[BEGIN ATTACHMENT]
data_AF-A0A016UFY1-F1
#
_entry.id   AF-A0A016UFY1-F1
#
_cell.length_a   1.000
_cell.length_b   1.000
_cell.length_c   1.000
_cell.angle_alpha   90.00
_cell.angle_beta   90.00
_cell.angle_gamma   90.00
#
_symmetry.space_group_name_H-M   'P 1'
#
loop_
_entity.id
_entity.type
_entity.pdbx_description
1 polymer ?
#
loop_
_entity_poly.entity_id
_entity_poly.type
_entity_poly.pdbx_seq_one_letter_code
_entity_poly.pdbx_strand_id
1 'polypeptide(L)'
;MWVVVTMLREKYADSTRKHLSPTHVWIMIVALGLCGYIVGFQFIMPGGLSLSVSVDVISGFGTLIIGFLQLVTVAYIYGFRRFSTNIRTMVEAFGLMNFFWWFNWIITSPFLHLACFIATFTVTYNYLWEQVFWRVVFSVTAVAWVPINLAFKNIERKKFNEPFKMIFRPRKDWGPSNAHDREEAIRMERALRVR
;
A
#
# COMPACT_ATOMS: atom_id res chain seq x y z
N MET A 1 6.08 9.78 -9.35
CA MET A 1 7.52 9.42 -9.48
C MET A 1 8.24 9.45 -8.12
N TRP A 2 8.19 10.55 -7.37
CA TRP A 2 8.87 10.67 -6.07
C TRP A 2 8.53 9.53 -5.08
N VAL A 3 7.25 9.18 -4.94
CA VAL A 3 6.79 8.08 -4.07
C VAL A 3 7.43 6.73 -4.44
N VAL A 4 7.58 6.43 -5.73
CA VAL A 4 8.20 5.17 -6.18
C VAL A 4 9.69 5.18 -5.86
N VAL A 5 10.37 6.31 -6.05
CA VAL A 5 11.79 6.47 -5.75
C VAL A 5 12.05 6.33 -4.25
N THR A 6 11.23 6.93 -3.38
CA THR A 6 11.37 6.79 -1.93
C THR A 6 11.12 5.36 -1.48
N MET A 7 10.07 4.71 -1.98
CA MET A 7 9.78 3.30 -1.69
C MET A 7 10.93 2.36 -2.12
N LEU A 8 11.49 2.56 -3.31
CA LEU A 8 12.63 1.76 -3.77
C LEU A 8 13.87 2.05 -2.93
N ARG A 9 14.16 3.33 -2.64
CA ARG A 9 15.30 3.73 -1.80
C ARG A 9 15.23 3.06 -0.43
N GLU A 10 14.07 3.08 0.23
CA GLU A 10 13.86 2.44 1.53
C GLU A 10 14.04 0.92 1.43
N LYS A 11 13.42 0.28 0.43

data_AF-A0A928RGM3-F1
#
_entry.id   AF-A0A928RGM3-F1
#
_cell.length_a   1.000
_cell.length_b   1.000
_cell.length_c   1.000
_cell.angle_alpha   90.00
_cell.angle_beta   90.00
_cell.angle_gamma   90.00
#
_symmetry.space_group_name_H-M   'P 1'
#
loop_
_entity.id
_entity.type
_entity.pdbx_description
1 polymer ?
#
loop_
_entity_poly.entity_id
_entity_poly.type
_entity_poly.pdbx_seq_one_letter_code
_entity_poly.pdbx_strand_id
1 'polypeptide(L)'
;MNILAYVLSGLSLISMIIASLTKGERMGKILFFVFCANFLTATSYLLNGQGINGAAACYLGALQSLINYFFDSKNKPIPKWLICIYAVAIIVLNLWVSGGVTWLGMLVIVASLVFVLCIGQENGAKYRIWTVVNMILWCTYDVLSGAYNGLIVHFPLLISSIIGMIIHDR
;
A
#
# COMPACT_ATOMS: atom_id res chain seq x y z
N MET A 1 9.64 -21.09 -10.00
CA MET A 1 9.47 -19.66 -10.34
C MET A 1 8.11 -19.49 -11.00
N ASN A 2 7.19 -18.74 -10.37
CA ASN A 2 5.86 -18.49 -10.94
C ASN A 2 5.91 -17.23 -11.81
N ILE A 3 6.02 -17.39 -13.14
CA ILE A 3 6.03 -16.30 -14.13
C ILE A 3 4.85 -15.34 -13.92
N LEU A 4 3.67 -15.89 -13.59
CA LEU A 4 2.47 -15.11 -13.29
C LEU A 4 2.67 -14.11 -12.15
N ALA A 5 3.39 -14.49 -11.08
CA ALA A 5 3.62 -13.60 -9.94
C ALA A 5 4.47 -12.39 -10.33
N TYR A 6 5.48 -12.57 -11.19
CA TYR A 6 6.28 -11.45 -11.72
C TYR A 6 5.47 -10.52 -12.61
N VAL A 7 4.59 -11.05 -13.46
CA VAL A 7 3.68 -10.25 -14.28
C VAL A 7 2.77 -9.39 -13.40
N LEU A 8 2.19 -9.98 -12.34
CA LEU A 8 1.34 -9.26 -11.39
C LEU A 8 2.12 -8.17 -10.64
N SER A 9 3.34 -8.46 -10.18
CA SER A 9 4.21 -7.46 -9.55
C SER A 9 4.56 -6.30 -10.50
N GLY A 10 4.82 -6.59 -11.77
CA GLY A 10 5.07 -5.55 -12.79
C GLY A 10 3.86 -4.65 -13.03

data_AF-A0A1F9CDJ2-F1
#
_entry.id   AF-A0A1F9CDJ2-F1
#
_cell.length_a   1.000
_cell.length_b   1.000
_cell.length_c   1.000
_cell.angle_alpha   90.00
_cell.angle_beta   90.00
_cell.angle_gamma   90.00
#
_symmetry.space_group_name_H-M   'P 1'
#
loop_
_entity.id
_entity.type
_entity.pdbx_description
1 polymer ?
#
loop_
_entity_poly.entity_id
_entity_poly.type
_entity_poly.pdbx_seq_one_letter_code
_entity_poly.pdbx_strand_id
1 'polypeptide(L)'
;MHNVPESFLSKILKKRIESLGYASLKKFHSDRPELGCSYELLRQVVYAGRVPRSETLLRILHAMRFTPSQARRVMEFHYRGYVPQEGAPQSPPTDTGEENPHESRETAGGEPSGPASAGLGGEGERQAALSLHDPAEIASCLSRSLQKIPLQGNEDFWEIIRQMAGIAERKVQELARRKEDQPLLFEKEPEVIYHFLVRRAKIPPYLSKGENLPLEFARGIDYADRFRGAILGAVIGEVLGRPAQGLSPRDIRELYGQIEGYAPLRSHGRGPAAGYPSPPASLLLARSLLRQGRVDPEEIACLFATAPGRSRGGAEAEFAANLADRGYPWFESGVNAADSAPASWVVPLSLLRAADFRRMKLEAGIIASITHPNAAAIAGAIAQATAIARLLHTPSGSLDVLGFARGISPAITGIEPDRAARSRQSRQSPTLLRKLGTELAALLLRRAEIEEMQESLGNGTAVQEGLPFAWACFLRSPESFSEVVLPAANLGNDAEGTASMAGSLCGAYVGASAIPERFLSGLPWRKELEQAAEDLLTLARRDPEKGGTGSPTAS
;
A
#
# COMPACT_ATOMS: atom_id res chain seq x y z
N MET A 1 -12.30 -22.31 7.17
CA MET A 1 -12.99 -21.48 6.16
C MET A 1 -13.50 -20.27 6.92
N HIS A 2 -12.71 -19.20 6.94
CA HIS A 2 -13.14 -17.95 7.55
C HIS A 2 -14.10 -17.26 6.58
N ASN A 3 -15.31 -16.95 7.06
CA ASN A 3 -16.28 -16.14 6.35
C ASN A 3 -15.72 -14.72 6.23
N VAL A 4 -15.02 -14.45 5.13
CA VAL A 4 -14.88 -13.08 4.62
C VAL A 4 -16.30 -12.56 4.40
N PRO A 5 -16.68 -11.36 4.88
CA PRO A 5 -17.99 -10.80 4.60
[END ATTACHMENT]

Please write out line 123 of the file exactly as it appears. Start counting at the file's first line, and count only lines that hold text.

#